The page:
The state's gay marriage ban was challenged by two gay couples -- one seeking to marry in Texas and one seeking to have their marriage, which was performed in Massachusetts, to be recognized.
The case appears to be headed for the U.S. Supreme Court. Texas Attorney General Greg Abbott (R), who is also seeking to become the state's next governor, is expected to appeal.
Texas Democrats hailed the decision.
"This is a historic day for the LGBT community and the state of Texas," state Democratic Party Chairman Gilberto Hinojosa said. "As Dr. King once stated, 'The arc of the moral universe is long, but it bends towards justice.' Today, all Texans can celebrate that we are one step closer to justice and equality for all."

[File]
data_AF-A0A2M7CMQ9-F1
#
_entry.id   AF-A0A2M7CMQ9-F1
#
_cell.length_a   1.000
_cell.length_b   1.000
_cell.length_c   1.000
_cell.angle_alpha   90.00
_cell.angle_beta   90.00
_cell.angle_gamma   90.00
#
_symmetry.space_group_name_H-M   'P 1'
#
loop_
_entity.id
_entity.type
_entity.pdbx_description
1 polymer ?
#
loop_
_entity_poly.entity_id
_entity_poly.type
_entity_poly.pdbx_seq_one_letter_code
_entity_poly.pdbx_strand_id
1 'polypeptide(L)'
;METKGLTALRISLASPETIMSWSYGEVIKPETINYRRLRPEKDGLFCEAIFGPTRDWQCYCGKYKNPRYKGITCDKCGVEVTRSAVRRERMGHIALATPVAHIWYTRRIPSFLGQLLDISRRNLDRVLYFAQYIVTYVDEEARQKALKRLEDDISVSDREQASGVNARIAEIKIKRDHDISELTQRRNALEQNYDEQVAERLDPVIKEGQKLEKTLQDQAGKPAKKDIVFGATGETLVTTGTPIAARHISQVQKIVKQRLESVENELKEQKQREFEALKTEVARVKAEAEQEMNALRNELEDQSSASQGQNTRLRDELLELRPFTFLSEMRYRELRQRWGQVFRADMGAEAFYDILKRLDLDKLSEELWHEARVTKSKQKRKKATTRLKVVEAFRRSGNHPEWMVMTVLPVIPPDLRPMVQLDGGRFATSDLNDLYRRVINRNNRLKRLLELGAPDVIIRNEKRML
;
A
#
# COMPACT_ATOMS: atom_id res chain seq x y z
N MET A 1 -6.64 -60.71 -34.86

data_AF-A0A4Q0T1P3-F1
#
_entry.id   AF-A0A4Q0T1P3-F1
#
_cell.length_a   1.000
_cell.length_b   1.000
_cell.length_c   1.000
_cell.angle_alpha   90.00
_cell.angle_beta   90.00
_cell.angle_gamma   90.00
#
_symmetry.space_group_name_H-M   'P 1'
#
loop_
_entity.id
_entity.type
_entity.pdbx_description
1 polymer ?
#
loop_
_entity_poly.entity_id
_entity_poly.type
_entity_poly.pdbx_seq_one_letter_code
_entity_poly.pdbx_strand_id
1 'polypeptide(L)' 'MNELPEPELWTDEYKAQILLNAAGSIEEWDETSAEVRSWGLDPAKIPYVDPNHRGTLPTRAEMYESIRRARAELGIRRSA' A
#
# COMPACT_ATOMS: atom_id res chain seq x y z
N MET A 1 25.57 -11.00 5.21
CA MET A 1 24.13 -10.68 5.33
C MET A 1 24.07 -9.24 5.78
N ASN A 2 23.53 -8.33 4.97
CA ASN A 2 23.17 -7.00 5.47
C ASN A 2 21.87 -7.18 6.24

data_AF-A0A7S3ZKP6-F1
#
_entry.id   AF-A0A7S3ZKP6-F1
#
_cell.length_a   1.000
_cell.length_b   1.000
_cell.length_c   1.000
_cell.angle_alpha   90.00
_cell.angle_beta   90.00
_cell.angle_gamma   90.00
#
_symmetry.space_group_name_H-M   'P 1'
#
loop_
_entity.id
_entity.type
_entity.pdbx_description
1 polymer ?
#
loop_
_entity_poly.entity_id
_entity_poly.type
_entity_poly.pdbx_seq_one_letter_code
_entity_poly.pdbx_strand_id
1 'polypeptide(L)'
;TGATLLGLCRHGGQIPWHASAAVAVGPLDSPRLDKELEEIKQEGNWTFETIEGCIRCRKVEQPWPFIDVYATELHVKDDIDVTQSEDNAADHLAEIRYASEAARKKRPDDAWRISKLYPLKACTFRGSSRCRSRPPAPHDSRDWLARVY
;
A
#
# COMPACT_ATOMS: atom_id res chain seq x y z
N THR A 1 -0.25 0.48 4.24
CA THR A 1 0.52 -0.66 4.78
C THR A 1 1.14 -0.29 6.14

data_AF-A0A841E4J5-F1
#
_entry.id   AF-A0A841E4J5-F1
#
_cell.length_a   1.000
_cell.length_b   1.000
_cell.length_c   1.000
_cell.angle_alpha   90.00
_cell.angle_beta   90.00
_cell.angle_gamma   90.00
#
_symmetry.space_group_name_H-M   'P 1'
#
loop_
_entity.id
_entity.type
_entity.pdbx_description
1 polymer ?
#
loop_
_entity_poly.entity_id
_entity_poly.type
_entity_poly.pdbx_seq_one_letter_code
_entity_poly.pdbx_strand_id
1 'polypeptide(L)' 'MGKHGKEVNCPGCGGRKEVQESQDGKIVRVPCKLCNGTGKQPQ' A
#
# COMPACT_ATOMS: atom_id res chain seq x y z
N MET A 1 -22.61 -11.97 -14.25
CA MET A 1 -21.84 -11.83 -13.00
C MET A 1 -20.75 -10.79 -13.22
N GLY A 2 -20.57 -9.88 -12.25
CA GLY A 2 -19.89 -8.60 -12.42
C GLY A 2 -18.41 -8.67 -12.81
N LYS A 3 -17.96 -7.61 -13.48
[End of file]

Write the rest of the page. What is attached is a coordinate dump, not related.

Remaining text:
Texas Gov. Rick Perry (R) said his state will indeed seek to uphold the ban.
"Texans spoke loud and clear by overwhelmingly voting to define marriage as a union between a man and a woman in our Constitution, and it is not the role of the federal government to overturn the will of our citizens," Perry said, adding: "We will continue to fight for the rights of Texans to self-determine the laws of our state."
Texas is the latest in a quick succession of states in which a judge has struck down a ban on gay marriage. Judges in Virginia, New Jersey, Oklahoma, Utah and California have also struck down those states' bans.
A judge in New Mexico also recently legalized gay marriage, though that state didn't have a ban in place. Judges in Ohio and Kentucky have instructed their states to recognize gay marriages performed elsewhere.
Seventeen states, not including Texas, currently allow gay marriage.
Texas voters remain split on gay marriage, with a recent poll showing 48 percent favor it and 49 percent oppose it.
Below is the full ruling:
Updated at 3:53 p.m.